There is a possibility that an appointed guardian will make decisions that preserve the “status quo” without considering the patient’s overall welfare and dignity. “The patient’s responsible physician then becomes responsible for making a kind of unilateral decision that goes against the default model of shared decision-making,” says Bibler.
The finality of end-of-life decisions makes the situation even more ethically complex. “An unrepresented and incapacitated patient whose medical care includes less invasive, less consequential procedures is still a challenge, but less so,” says Bibler.
Once the care team realizes that some kind of life-or-death decision must be made, “the ethicist has to unpack this,” says Bibler. “The ethicist often finds a tendency to attempt to preserve bodily interests at the expense of other important interests.”
In this scenario, ethicists can underscore the importance of considering the patient’s social interests and retaining dignity. “Once these interests are accounted for, it will clarify what is at stake in continued treatment or withdrawing life-sustaining interventions,” says Bibler.
The term “unbefriended” is commonly used in the medical and legal literature to describe adult patients without surrogates. Bibler objects to this term. “I see it as a needless and inaccurate neologism that assumes that the patient has no friends, and gives the impression that no one is invested in her care,” he explains.
In contrast, the term “unrepresented” makes no value judgments about the patient’s social-familial relationships. “Perhaps there is a better label than ‘unrepresented,’ but it isn’t ‘unbefriended,’” says Bibler.
Farrell agrees that it’s important to remember that the term “unbefriended” doesn’t mean that someone has no friends or close connections. Rather, it is a term used to refer to a person who lacks the capacity to provide informed consent to medical treatment, and faces added challenges because they have no documented care preferences and no identified surrogate.
“The new AGS guidance is, in part, an effort to ensure that all older adults take steps to document their wishes for medical treatment and identify surrogate decision-makers, if desired, to be better prepared for the future,” says Farrell.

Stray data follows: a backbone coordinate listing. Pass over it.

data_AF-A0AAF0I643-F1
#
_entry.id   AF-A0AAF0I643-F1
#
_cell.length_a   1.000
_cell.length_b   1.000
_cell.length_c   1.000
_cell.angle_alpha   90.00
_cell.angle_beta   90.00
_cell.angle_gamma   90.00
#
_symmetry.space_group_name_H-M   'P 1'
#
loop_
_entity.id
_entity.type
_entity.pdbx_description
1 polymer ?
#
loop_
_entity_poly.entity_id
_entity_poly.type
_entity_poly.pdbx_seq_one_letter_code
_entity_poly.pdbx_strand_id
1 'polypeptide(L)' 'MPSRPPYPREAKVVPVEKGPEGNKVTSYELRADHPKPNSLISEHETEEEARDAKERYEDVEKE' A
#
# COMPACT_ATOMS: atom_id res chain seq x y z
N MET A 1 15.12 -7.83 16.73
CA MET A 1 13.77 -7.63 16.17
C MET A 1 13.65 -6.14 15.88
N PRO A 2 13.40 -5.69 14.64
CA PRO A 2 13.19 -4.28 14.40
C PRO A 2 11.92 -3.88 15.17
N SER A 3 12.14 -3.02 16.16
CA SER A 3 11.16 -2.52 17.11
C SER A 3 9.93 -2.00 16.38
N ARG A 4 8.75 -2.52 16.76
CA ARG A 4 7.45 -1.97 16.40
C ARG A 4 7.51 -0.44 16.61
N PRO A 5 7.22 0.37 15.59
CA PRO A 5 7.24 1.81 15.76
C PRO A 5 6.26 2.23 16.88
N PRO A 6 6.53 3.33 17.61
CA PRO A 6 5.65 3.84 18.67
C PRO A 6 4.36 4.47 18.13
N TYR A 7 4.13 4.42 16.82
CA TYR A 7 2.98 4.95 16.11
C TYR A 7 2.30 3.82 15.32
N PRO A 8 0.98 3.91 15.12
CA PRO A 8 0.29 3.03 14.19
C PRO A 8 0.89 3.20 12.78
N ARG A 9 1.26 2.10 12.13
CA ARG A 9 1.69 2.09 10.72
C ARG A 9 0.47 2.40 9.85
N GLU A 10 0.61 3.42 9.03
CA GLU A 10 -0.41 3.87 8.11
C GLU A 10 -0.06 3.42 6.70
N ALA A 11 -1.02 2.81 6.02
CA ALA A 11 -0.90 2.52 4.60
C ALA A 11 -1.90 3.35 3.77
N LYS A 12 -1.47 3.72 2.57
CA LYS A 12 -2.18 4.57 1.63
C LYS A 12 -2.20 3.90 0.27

Hospital ethicists can identify at-risk patients and intervene appropriately. “One of the most important points we make in the position statement is that proactive steps are needed to prevent men and women at risk for becoming ‘unbefriended’ from becoming unbefriended,” says Farrell.
For instance, ethicists can search for surrogate decision-makers, including nontraditional ones. “When it becomes necessary to make medical decisions on behalf of an older adult who is unbefriended, the position statement may be a useful resource for hospital ethicists,” says Farrell.
Massachusetts is one of only a few states without a formal public guardianship system. “There is a patchwork of agencies which help fund guardianships where possible. Otherwise, the courts rely on finding people, mainly attorneys, to serve as a guardian on a pro bono basis,” explains Casey Catlin, MA, project coordinator for Boston VA Research Institute’s Examining the Need for a Public Guardian in Massachusetts.
The researchers wanted to better understand how this system is functioning for adults who lack decision-making capacity, have no advance directives, and have no family or friends available to serve as a surrogate.3 The use of guardianship was associated with procedural challenges and ethical concerns including delays in care, short-term gains for long-term costs, inabilities to meet a patient’s values and preferences, and conflicts of interest.
Catlin says these findings, coupled with ongoing research, demonstrate the need for a public guardian’s office to provide services for vulnerable individuals.
“I see public guardianship as an issue of social justice. People with the financial means to pay for a private guardian get better care,” says Catlin. These individuals aren’t left waiting during a search to find someone willing to take on a case pro bono. Paid guardians also are more likely to spend time and energy advocating for the patient.
“Another relevant ethical issue is respect for people’s rights and dignity,” says Catlin. Guardianship means the person gives up all legal rights as an individual, and is completely vulnerable to the guardian to whom the person entrusts his or her care. “Ideally, attempts will be made to restore or enhance capacity, and pursue less restrictive alternatives, before plenary guardianship is sought,” says Catlin.
The researchers heard stories of caring and thoughtful guardians who treated their wards with respect and kindness. “Professional guardians are likely to know nothing about the ward prior to their appointment, so they must make an effort to understand the person’s unique values, history, and preferences,” says Catlin.
The researchers also heard of guardians who, overburdened and uncompensated, neglected to complete even basic duties like signing paperwork and returning phone calls. “It’s essential for guardians to have proper training, education, and oversight,” says Catlin.
Financial Disclosure: Consulting Editor Arthur R. Derse, MD, JD, Nurse Planner Susan Solverson, BSN, RN, CMSRN, Editor Jill Drachenberg, Editor Dana Spector, AHC Media Editorial Group Manager Terrey L. Hatcher, and Author Stacey Kusterbeck report no consultant, stockholder, speakers’ bureau, research, or other financial relationships with companies having ties to this field of study.